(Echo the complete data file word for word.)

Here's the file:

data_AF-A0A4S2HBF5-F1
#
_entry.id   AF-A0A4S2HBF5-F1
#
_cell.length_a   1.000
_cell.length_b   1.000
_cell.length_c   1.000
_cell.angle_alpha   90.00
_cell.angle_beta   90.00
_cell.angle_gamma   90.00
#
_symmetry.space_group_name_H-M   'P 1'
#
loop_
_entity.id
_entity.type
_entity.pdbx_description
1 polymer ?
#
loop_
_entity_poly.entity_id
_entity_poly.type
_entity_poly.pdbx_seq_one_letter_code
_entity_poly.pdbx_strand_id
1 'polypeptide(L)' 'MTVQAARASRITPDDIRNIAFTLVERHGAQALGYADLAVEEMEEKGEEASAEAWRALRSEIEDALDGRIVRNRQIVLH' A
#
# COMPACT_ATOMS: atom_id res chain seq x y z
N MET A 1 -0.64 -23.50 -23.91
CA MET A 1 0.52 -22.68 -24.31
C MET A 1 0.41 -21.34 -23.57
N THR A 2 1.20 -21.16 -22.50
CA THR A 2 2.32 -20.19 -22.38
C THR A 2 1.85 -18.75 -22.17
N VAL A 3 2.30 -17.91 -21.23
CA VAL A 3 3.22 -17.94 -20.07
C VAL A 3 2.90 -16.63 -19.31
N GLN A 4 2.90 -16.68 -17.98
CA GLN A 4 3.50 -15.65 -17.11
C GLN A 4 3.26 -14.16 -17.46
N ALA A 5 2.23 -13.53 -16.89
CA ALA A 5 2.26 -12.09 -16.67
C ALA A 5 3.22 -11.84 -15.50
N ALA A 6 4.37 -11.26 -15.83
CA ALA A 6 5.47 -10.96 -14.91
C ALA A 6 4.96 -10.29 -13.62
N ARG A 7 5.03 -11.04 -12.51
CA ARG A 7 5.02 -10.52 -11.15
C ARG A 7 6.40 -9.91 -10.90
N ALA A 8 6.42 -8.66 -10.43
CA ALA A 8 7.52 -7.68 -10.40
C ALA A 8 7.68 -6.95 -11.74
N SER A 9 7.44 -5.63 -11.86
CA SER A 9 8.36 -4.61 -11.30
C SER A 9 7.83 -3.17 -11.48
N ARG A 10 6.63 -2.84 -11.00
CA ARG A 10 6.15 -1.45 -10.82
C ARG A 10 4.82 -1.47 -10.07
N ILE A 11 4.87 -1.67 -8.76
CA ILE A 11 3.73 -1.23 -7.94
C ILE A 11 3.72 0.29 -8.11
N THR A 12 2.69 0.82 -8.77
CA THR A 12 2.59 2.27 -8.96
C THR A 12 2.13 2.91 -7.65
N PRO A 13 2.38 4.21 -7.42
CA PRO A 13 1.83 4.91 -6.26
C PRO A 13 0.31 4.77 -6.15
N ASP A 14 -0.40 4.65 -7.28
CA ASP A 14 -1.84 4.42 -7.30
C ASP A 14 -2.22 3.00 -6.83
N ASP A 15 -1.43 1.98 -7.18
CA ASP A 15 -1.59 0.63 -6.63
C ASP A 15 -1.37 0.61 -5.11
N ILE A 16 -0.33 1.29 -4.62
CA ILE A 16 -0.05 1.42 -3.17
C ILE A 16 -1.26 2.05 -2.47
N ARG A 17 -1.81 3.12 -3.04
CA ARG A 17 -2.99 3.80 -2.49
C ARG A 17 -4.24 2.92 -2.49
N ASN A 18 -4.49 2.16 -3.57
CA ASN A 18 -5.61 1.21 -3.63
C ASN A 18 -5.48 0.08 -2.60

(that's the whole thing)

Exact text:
data_AF-A0A4S2HBF5-F1
#
_entry.id   AF-A0A4S2HBF5-F1
#
_cell.length_a   1.000
_cell.length_b   1.000
_cell.length_c   1.000
_cell.angle_alpha   90.00
_cell.angle_beta   90.00
_cell.angle_gamma   90.00
#
_symmetry.space_group_name_H-M   'P 1'
#
loop_
_entity.id
_entity.type
_entity.pdbx_description
1 polymer ?
#
loop_
_entity_poly.entity_id
_entity_poly.type
_entity_poly.pdbx_seq_one_letter_code
_entity_poly.pdbx_strand_id
1 'polypeptide(L)' 'MTVQAARASRITPDDIRNIAFTLVERHGAQALGYADLAVEEMEEKGEEASAEAWRALRSEIEDALDGRIVRNRQIVLH' A
#
# COMPACT_ATOMS: atom_id res chain seq x y z
N MET A 1 -0.64 -23.50 -23.91
CA MET A 1 0.52 -22.68 -24.31
C MET A 1 0.41 -21.34 -23.57
N THR A 2 1.20 -21.16 -22.50
CA THR A 2 2.32 -20.19 -22.38
C THR A 2 1.85 -18.75 -22.17
N VAL A 3 2.30 -17.91 -21.23
CA VAL A 3 3.22 -17.94 -20.07
C VAL A 3 2.90 -16.63 -19.31
N GLN A 4 2.90 -16.68 -17.98
CA GLN A 4 3.50 -15.65 -17.11
C GLN A 4 3.26 -14.16 -17.46
N ALA A 5 2.23 -13.53 -16.89
CA ALA A 5 2.26 -12.09 -16.67
C ALA A 5 3.22 -11.84 -15.50
N ALA A 6 4.37 -11.26 -15.83
CA ALA A 6 5.47 -10.96 -14.91
C ALA A 6 4.96 -10.29 -13.62
N ARG A 7 5.03 -11.04 -12.51
CA ARG A 7 5.02 -10.52 -11.15
C ARG A 7 6.40 -9.91 -10.90
N ALA A 8 6.42 -8.66 -10.43
CA ALA A 8 7.52 -7.68 -10.40
C ALA A 8 7.68 -6.95 -11.74
N SER A 9 7.44 -5.63 -11.86
CA SER A 9 8.36 -4.61 -11.30
C SER A 9 7.83 -3.17 -11.48
N ARG A 10 6.63 -2.84 -11.00
CA ARG A 10 6.15 -1.45 -10.82
C ARG A 10 4.82 -1.47 -10.07
N ILE A 11 4.87 -1.67 -8.76
CA ILE A 11 3.73 -1.23 -7.94
C ILE A 11 3.72 0.29 -8.11
N THR A 12 2.69 0.82 -8.77
CA THR A 12 2.59 2.27 -8.96
C THR A 12 2.13 2.91 -7.65
N PRO A 13 2.38 4.21 -7.42
CA PRO A 13 1.83 4.91 -6.26
C PRO A 13 0.31 4.77 -6.15
N ASP A 14 -0.40 4.65 -7.28
CA ASP A 14 -1.84 4.42 -7.30
C ASP A 14 -2.22 3.00 -6.83
N ASP A 15 -1.43 1.98 -7.18
CA ASP A 15 -1.59 0.63 -6.63
C ASP A 15 -1.37 0.61 -5.11
N ILE A 16 -0.33 1.29 -4.62
CA ILE A 16 -0.05 1.42 -3.17
C ILE A 16 -1.26 2.05 -2.47
N ARG A 17 -1.81 3.12 -3.04
CA ARG A 17 -2.99 3.80 -2.49
C ARG A 17 -4.24 2.92 -2.49
N ASN A 18 -4.49 2.16 -3.57
CA ASN A 18 -5.61 1.21 -3.63
C ASN A 18 -5.48 0.08 -2.60